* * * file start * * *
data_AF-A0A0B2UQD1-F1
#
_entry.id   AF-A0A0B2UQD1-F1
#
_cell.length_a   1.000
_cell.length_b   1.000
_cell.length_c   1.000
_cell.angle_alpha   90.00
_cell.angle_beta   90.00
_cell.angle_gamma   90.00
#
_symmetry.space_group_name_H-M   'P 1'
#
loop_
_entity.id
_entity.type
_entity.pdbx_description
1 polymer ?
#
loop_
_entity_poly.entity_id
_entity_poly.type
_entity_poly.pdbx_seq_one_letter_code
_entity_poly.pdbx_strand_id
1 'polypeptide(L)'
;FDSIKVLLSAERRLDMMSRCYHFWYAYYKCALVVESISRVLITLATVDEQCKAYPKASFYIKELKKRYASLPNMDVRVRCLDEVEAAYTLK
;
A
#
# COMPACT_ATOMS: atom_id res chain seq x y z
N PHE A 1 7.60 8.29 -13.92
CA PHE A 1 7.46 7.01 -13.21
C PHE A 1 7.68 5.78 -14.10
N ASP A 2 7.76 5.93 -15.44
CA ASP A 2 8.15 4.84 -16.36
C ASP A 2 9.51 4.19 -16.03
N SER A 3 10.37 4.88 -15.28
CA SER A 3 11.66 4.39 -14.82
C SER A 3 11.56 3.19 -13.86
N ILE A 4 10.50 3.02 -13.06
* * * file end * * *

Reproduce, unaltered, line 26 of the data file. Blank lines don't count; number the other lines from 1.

;FDSIKVLLSAERRLDMMSRCYHFWYAYYKCALVVESISRVLITLATVDEQCKAYPKASFYIKELKKRYASLPNMDVRVRCLDEVEAAYTLK